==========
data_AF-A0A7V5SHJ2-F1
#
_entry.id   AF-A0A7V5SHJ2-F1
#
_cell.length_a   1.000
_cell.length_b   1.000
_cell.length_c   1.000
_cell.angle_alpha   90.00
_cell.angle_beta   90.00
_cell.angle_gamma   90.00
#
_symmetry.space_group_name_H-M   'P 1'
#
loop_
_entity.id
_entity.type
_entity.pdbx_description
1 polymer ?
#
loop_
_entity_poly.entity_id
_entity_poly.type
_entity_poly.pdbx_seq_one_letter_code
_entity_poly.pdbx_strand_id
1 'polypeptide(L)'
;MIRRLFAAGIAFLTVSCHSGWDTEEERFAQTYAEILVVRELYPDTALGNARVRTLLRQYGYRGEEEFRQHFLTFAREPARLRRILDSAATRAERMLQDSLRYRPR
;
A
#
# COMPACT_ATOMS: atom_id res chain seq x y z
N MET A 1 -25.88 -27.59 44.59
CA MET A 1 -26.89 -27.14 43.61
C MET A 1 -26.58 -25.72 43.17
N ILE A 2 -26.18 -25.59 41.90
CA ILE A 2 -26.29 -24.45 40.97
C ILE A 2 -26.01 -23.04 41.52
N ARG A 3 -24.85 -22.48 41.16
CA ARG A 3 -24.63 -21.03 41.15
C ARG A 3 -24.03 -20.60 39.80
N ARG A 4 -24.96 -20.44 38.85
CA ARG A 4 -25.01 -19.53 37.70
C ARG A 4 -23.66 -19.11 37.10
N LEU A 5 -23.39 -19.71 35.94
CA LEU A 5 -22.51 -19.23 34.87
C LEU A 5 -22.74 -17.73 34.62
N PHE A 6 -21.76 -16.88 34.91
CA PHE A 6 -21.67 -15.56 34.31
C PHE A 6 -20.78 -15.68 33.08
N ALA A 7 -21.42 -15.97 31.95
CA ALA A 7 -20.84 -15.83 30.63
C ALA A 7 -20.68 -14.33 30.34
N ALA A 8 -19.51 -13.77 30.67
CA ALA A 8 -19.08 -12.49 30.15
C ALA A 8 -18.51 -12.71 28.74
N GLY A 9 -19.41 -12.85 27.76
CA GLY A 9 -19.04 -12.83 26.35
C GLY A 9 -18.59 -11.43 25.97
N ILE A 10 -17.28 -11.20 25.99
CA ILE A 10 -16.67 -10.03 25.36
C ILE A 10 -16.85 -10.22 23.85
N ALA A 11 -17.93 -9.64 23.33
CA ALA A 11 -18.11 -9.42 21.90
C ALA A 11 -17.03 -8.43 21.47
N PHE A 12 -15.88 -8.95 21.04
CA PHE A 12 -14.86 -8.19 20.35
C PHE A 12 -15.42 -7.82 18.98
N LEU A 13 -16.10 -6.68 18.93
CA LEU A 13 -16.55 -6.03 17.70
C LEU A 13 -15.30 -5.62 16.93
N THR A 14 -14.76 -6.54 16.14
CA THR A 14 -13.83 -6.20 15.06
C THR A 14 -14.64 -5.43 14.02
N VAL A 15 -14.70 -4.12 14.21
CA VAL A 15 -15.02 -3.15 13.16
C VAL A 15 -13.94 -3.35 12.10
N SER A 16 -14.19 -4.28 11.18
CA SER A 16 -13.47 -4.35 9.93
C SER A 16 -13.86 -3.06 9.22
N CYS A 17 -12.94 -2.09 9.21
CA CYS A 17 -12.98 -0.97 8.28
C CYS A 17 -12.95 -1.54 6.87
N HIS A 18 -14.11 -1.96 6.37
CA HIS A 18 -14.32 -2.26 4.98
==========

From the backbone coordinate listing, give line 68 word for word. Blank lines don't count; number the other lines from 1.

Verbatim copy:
CA LEU A 13 -16.55 -6.03 17.70